Cori, the next-gen supercomputer for exascale science
The Department of Energy’s National Energy Research Scientific Computing (NERSC) Center and Cray Inc. signed a contract for a next-generation supercomputer to support scientific discovery at the DOE’s Office of Science.
Using Intel’s next-generation Intel Xeon Phi processor, the new Cray XC system will deliver 10 times the sustained computing capability of NERSC’s Hopper system, a Cray XE6 supercomputer,
The new processor, — code-named “Knights Landing” — is a self-hosted, many-core processor with on-package high-bandwidth memory that delivers more than 3 teraFLOPS of double-precision peak performance per single socket node, says Cray. Delivery is scheduled for mid-2016.
To highlight its commitment to advancing research, NERSC names its supercomputers after noted scientists. The new system will be named “Cori” in honor of bio-chemist and Nobel Laureate Gerty Cori, the first American woman to receive a Nobel Prize in science.
NERSC Director Sudip Dosanjh said the new supercomputer “will provide a significant increase in capability for our users and will provide a platform for transitioning our very broad user community to energy-efficient, many-core architectures. It will also let users analyze large quantities of data being transferred to NERSC from DOE’s experimental facilities.”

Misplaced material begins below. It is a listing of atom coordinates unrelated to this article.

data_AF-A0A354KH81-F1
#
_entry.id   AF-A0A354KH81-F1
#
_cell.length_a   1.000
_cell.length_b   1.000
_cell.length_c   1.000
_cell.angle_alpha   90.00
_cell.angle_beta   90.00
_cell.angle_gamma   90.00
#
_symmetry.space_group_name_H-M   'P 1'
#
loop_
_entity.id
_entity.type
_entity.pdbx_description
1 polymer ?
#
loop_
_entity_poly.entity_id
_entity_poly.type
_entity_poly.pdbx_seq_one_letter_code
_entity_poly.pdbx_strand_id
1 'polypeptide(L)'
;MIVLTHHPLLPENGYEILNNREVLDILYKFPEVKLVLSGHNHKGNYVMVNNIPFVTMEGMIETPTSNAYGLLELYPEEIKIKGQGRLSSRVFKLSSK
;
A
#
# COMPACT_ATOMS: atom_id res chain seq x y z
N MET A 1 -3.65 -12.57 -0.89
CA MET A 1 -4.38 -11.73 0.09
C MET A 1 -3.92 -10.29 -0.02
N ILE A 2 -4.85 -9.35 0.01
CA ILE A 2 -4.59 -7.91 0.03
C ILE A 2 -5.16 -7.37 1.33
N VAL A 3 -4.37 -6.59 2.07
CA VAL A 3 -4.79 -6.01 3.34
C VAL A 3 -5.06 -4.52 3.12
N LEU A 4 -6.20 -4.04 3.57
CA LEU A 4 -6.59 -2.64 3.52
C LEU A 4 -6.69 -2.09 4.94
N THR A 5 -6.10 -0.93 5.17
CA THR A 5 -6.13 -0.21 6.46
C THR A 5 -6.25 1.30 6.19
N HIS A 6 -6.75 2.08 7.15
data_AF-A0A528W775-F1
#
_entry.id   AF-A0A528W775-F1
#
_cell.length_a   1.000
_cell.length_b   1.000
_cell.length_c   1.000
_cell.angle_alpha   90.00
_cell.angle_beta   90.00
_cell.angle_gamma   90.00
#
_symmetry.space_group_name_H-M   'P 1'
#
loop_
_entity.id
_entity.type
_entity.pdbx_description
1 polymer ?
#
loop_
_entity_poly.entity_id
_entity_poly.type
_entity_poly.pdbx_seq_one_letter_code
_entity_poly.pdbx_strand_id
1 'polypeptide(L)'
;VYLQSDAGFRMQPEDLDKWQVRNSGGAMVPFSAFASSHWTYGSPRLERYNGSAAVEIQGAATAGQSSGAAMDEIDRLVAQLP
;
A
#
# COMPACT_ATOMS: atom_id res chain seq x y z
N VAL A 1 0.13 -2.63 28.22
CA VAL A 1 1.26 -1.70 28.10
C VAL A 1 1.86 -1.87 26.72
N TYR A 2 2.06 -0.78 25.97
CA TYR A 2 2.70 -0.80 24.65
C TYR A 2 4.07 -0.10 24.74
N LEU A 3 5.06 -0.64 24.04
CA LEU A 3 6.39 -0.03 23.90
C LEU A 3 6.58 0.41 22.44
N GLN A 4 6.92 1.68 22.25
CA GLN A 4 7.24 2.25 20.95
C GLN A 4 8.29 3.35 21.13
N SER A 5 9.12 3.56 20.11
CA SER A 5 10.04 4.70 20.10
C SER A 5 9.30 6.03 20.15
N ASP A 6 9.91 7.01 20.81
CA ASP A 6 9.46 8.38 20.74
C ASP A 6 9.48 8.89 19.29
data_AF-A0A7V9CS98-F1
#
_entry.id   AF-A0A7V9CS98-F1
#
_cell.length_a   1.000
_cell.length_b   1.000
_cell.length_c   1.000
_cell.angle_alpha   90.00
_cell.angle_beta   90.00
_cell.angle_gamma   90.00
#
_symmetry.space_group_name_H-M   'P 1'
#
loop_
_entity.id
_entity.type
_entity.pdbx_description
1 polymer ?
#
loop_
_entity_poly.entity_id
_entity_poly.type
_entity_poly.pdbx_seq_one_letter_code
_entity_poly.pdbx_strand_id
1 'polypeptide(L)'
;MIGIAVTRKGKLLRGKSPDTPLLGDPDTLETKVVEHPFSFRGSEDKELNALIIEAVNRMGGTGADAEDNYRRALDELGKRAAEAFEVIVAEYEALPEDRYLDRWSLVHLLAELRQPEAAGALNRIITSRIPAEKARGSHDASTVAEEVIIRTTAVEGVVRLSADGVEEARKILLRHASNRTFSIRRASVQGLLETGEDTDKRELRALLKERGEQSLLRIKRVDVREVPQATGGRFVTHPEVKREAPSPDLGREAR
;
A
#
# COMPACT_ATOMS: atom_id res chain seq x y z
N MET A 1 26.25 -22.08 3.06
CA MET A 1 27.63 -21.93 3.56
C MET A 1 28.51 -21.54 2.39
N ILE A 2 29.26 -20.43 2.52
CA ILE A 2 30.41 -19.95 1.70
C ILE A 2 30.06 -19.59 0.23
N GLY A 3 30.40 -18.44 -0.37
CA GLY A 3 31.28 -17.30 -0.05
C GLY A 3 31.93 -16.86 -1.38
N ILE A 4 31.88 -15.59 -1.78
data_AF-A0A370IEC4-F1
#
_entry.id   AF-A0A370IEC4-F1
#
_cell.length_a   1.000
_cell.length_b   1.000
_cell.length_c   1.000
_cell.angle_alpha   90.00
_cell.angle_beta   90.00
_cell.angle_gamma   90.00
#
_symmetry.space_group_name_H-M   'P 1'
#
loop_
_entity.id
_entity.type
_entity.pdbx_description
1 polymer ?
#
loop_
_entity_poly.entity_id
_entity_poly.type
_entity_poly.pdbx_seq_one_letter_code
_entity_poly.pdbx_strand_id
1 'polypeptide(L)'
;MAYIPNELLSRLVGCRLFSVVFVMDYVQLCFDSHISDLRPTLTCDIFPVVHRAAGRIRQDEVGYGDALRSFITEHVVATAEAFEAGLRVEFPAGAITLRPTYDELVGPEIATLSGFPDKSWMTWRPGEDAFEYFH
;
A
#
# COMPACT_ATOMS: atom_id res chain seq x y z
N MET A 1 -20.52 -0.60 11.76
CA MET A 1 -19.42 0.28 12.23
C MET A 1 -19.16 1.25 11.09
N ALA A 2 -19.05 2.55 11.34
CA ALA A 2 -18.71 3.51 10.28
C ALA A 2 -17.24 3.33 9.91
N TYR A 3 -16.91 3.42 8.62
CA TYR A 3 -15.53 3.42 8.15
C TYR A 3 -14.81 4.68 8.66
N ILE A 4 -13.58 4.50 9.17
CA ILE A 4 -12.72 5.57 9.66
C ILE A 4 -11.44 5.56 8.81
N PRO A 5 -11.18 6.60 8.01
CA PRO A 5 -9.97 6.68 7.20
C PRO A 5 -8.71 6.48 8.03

Cori will have over 9300 Knights Landing compute nodes and provide over 400 gigabytes per second of I/O bandwidth and 28 petabytes of disk space. The contract also includes an option for a “Burst Buffer,” a layer of NVRAM that would move data more quickly between processor and disk, allowing users to make the most efficient use of the system while saving energy. The Cray XC system features the Aries high-performance interconnect linking the processors, which also increases efficiency.
Cori will be installed directly into the new Computational Research and Theory facility currently being constructed on the main Berkeley Lab campus.
Posted by GCN Staff on May 02, 2014 at 9:21 AM